The fewer words you have the harder each of them has to work. So make sure they count. Let’s take a look at why you need to take care of your micro-content
It’s the little things that matter – both in life and online. Companies that test their websites have found that they can make big improvements to conversions and bounce rates by changing a few words. All of which adds to the bottom line.
Many people have worked hard on developing a clear content strategy but overlook the importance of the tiny pieces of copy on their websites – for example buttons, links, form labels and instructions, error messages and contact us pages.
Sometimes websites go live with the button names and titles supplied by the technical teams that have built the website as placeholders. But our advice is to take a long hard look at these valuable pieces of copy.
Where Micro-content Really Matters
Have a look at your hero pages and key touch-points with your users
Buttons and Links
Designers often say nobody reads the text on buttons – and want them all to be a uniform size. However, testing in the real world proves the opposite.
Button copy can have a huge impact on results. For example, one company switched from “Order information” to “Get information” and got a 38% increase in conversions. This is because the button mirrored the benefits that a user would receive.
To create a good button you need to think about user goals and motivations – and what they are actually going to get when they click. So don’t write Download – instead say Get your free whitepaper now. Don’t say submit, say Get your quote now.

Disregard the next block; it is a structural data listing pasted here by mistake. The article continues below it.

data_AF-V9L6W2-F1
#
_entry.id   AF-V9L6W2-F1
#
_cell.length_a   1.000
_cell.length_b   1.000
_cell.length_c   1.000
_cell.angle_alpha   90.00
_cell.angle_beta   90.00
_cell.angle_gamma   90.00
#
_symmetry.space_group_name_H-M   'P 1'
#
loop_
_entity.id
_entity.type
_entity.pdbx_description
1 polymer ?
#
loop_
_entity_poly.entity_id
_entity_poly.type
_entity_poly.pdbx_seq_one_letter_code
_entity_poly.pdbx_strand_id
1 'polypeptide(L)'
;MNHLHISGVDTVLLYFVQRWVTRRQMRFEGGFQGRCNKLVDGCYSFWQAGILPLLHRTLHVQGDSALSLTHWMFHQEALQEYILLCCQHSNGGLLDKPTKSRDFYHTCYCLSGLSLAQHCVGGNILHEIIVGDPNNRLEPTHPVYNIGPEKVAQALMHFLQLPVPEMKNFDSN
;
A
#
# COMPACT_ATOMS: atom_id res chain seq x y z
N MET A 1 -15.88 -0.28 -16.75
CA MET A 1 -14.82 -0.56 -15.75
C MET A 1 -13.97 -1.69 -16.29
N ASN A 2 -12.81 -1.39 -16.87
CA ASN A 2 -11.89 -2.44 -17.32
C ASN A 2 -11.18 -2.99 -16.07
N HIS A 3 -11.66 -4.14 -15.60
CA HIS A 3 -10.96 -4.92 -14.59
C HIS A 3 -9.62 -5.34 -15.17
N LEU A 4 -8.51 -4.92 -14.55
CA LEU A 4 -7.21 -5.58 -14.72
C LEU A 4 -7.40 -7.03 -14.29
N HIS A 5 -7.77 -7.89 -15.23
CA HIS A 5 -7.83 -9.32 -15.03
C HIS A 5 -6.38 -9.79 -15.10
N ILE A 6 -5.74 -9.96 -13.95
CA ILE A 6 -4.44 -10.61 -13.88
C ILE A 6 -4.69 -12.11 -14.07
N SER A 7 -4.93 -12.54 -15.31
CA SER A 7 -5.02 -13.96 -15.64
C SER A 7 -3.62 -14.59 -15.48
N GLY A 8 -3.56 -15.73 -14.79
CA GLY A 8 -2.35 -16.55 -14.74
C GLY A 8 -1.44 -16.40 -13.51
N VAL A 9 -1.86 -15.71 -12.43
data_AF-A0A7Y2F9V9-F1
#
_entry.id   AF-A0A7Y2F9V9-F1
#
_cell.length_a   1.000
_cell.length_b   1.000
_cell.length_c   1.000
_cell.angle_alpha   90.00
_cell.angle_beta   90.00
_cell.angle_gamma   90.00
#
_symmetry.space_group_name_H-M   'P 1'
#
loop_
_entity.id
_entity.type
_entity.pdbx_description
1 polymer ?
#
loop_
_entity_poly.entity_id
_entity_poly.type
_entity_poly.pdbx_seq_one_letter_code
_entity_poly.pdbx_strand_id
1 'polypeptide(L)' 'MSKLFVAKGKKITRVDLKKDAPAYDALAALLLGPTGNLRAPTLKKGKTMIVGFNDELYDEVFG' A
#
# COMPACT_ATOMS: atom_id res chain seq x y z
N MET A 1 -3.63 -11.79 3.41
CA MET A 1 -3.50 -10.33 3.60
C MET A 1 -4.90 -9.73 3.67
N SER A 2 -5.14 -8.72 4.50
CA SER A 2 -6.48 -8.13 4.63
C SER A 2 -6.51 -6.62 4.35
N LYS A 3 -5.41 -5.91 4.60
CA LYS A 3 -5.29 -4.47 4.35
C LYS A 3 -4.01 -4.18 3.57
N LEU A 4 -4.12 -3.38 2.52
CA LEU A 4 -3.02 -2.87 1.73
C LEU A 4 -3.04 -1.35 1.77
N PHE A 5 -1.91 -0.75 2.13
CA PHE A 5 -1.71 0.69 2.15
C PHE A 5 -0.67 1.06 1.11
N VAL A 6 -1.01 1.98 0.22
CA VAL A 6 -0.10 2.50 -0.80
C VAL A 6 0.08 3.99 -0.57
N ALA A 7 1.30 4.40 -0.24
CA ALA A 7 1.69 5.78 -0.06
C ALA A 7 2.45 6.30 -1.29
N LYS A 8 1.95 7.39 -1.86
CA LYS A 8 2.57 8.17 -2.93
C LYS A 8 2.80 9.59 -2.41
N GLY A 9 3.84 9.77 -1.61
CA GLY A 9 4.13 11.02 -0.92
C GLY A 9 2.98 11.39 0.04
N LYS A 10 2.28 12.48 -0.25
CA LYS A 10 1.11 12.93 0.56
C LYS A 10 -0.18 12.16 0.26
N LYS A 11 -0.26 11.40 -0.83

Getting users to fill in forms is tricky enough without creating extra hurdles with bad explanations of how to complete the form or titles for form fields that confuse them.
If you are going to ask someone to complete a long and difficult form let them know what they will need to hand before they complete it in a brief introduction – for example To complete this form you’ll need to know your passport number. Many users resent giving away personal information that seems unnecessary to them – so remove barriers and ease them through the process. Provide a brief explanation of why you might need their date of birth or other intrusive information – this should help smooth the path to success. Think about forms as a conversation with users. Don’t be rude or unhelpful to them.
Tone of Voice
Many companies and brands are careful about their tone of voice in copy in the main part of the page but only a very few remember to carry it through everywhere. Look hard at places like your 404 error page, the page that shows an order has been completed or an email sign up is successful and check whether your brand values are on show at their best here. But you may also need to watch your tone of voice. Don’t let playfulness or quirkiness get in the way of user tasks.
If you Spot a Problem in your Micro-content
Suggested fixes should be informed by an understanding of digital best practice, retail psychology, behavioural economics and persuasive copywriting techniques. To reduce friction and smooth the conversion journey, look for opportunities to tap into key drivers like ego, inertia, peer approval and perceived ease, and translate these into persuasive, compelling messages.